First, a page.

Print friendly version
Other Names for this Disease
- Arthrogryposis distal type 3
- Arthrogryposis multiplex congenita distal type 2a
- Camptodactyly, cleft palate, and clubfoot
- Distal arthrogryposis type 3
See Disclaimer regarding information on this site. Some links on this page may take you to organizations outside of the National Institutes of Health.
clubfoot (abnormal bending inward of the foot), and less frequently, cleft palate. Intelligence is usually normal. In some cases, additional abnormalities such as scoliosis or undescended testicles in males may be present. The range and severity of symptoms may vary from case to case. Gordon syndrome is thought to be inherited in an autosomal dominant or X-linked dominant manner. The exact cause remains unknown.Gordon Syndrome is a rare, inherited type of distal arthrogryposis typically characterized by a combination of camptodactyly (a permanent fixation of several fingers in a flexed position),
Last updated: 12/5/2012
- Gordon syndrome. Orphanet. 2005; http://www.orpha.net/consor/cgi-bin/OC_Exp.php?lng=EN&Expert=376. Accessed 12/19/2011.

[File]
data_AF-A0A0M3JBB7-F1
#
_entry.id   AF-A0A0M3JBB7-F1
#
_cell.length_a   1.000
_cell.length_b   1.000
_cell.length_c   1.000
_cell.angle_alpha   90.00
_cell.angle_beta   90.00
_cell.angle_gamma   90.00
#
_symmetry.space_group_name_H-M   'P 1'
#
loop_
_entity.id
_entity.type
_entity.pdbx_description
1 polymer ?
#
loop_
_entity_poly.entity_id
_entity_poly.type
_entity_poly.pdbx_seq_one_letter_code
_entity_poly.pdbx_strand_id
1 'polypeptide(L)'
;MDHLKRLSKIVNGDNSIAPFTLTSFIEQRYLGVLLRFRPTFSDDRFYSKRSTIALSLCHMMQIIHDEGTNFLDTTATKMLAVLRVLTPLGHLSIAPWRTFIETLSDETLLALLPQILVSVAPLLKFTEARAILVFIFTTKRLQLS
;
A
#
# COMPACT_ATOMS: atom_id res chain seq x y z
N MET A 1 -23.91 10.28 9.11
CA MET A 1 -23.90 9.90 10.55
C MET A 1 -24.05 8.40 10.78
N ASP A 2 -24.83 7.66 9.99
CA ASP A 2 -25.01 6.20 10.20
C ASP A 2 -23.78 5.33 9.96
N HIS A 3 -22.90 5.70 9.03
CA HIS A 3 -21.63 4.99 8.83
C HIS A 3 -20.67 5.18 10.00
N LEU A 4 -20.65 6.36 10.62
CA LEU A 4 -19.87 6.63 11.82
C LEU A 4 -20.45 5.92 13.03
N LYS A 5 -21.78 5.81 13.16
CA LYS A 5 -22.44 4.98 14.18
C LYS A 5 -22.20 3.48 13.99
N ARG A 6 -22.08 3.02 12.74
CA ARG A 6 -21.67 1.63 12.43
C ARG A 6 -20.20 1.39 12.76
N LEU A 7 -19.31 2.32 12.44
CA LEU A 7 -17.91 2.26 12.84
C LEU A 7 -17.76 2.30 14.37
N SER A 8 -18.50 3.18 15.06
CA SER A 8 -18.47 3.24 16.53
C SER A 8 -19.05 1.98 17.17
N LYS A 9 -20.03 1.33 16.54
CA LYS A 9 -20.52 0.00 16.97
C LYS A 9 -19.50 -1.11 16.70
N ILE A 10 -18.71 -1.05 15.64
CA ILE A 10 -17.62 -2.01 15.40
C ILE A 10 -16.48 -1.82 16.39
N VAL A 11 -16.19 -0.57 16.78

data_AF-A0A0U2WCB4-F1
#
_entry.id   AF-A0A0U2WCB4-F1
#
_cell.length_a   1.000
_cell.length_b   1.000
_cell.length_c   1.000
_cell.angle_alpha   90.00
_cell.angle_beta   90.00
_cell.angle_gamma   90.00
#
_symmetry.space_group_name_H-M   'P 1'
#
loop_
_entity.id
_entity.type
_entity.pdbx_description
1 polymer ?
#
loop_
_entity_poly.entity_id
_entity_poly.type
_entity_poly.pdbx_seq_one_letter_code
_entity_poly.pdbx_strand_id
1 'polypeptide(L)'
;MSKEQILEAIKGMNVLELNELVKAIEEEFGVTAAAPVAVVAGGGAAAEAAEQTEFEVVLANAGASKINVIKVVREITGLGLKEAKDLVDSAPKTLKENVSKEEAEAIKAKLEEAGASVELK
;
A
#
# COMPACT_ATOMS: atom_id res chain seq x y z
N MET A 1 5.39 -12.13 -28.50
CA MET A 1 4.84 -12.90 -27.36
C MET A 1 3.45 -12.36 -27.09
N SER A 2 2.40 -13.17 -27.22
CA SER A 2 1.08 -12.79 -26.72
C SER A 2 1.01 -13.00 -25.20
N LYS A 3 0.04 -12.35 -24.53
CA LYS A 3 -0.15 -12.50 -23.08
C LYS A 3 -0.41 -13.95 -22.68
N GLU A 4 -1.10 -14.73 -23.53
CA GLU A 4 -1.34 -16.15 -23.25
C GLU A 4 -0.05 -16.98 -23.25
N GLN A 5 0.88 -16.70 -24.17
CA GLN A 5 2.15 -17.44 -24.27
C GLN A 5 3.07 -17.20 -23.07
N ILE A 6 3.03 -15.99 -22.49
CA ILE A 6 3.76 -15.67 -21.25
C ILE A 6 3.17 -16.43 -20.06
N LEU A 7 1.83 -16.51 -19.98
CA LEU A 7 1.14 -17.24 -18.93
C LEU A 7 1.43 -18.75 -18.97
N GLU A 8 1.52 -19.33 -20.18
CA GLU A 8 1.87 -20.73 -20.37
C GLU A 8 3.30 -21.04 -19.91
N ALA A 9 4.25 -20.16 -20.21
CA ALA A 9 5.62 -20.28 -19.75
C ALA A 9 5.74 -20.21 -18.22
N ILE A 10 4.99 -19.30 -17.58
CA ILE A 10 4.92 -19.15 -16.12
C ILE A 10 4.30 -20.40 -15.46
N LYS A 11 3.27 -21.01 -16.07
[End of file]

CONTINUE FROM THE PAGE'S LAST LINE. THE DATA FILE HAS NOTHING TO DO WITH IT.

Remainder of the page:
- Gordon syndrome. National Organization for Rare Disorders (NORD). 2003; http://www.rarediseases.org/rare-disease-information/rare-diseases/byID/507/viewAbstract. Accessed 12/19/2011.
- The National Organization for Rare Disorders (NORD) is a federation of more than 130 nonprofit voluntary health organizations serving people with rare disorders. Click on the link to view information on this topic.
In Depth Information
- The Online Mendelian Inheritance in Man (OMIM) database contains genetics resources that discuss Gordon syndrome. Click on the link to go to OMIM and review these resources.
- Orphanet is a European reference portal for information on rare diseases and orphan drugs. Access to this database is free of charge.
- PubMed is a searchable database of medical literature and lists journal articles that discuss Gordon syndrome. Click on the link to view a sample search on this topic.